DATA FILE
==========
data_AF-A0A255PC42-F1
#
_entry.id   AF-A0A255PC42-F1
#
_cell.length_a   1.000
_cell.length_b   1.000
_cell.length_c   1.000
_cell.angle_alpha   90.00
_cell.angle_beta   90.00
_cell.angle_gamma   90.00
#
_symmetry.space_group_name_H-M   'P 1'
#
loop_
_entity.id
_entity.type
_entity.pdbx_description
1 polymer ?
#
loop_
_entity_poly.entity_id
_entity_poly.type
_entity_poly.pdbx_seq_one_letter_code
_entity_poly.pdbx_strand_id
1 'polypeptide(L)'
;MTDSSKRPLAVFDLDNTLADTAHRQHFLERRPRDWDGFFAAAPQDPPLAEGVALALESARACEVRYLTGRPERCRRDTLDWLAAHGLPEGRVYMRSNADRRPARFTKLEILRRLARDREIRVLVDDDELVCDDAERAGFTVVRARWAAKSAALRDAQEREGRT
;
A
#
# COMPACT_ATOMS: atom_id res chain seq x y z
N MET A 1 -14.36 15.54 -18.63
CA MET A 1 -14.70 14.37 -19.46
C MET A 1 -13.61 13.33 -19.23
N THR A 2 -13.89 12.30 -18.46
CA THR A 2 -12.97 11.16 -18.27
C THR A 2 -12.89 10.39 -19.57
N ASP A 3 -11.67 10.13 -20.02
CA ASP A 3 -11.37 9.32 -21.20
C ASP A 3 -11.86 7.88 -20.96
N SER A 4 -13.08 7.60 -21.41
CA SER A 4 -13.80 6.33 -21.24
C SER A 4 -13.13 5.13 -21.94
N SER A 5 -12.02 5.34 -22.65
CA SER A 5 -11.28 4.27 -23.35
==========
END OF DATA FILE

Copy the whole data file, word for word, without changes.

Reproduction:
data_AF-A0A255PC42-F1
#
_entry.id   AF-A0A255PC42-F1
#
_cell.length_a   1.000
_cell.length_b   1.000
_cell.length_c   1.000
_cell.angle_alpha   90.00
_cell.angle_beta   90.00
_cell.angle_gamma   90.00
#
_symmetry.space_group_name_H-M   'P 1'
#
loop_
_entity.id
_entity.type
_entity.pdbx_description
1 polymer ?
#
loop_
_entity_poly.entity_id
_entity_poly.type
_entity_poly.pdbx_seq_one_letter_code
_entity_poly.pdbx_strand_id
1 'polypeptide(L)'
;MTDSSKRPLAVFDLDNTLADTAHRQHFLERRPRDWDGFFAAAPQDPPLAEGVALALESARACEVRYLTGRPERCRRDTLDWLAAHGLPEGRVYMRSNADRRPARFTKLEILRRLARDREIRVLVDDDELVCDDAERAGFTVVRARWAAKSAALRDAQEREGRT
;
A
#
# COMPACT_ATOMS: atom_id res chain seq x y z
N MET A 1 -14.36 15.54 -18.63
CA MET A 1 -14.70 14.37 -19.46
C MET A 1 -13.61 13.33 -19.23
N THR A 2 -13.89 12.30 -18.46
CA THR A 2 -12.97 11.16 -18.27
C THR A 2 -12.89 10.39 -19.57
N ASP A 3 -11.67 10.13 -20.02
CA ASP A 3 -11.37 9.32 -21.20
C ASP A 3 -11.86 7.88 -20.96
N SER A 4 -13.08 7.60 -21.41
CA SER A 4 -13.80 6.33 -21.24
C SER A 4 -13.13 5.13 -21.94
N SER A 5 -12.02 5.34 -22.65
CA SER A 5 -11.28 4.27 -23.35